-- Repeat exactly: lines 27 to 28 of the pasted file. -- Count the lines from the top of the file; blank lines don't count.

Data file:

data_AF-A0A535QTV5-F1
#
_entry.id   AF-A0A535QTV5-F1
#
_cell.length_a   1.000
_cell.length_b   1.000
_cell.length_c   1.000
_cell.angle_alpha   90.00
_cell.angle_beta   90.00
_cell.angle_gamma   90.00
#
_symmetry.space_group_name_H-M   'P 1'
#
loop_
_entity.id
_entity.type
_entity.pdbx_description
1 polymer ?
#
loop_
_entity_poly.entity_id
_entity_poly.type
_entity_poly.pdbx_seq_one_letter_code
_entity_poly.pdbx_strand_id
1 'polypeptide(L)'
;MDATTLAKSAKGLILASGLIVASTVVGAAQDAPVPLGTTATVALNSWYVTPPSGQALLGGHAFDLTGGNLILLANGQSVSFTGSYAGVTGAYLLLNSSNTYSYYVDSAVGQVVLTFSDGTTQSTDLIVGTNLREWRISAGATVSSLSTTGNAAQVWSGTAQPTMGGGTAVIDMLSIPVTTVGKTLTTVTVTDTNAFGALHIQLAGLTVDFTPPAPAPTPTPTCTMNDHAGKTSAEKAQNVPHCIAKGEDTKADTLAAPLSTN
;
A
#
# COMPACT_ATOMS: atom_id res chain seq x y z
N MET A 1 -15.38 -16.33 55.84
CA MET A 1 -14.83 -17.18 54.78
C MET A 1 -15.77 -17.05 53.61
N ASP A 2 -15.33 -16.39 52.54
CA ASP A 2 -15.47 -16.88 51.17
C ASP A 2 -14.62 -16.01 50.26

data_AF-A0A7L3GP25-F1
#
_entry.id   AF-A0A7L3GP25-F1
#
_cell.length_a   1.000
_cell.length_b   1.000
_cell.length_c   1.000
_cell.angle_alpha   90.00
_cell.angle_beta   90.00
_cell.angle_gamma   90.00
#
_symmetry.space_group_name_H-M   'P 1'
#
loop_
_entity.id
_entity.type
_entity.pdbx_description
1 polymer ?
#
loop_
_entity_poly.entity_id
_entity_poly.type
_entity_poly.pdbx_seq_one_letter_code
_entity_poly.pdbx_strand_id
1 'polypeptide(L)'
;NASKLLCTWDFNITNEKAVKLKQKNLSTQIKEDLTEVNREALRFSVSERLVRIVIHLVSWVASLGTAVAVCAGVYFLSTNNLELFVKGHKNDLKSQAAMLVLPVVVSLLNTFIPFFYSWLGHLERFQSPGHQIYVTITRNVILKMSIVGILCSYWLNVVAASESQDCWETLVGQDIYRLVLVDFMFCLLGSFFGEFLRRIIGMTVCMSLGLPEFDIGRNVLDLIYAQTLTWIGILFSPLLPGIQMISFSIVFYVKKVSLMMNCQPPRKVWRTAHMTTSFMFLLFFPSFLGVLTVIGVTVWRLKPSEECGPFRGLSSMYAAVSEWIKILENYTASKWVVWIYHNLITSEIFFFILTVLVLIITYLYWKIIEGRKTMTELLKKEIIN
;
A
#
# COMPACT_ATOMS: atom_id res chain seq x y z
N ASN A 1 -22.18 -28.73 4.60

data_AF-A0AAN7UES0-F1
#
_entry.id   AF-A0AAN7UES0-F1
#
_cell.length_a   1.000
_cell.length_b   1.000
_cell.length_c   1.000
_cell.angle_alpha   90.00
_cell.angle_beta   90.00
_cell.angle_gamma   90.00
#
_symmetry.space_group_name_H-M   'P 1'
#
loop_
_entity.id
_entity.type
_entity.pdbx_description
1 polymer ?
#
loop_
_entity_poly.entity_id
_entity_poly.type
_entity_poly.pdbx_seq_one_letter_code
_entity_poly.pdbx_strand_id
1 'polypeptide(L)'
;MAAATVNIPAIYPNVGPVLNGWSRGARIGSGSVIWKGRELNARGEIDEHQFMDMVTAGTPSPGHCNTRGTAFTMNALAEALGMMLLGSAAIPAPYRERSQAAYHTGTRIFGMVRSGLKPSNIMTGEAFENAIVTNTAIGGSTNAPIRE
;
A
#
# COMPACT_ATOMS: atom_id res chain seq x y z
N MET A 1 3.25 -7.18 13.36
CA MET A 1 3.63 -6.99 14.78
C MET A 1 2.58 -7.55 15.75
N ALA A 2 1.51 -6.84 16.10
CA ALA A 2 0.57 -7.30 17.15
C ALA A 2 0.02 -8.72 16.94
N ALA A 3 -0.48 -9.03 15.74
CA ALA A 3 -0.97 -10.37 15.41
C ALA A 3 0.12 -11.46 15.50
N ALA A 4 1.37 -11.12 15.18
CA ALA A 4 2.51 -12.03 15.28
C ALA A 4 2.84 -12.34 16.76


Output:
;
A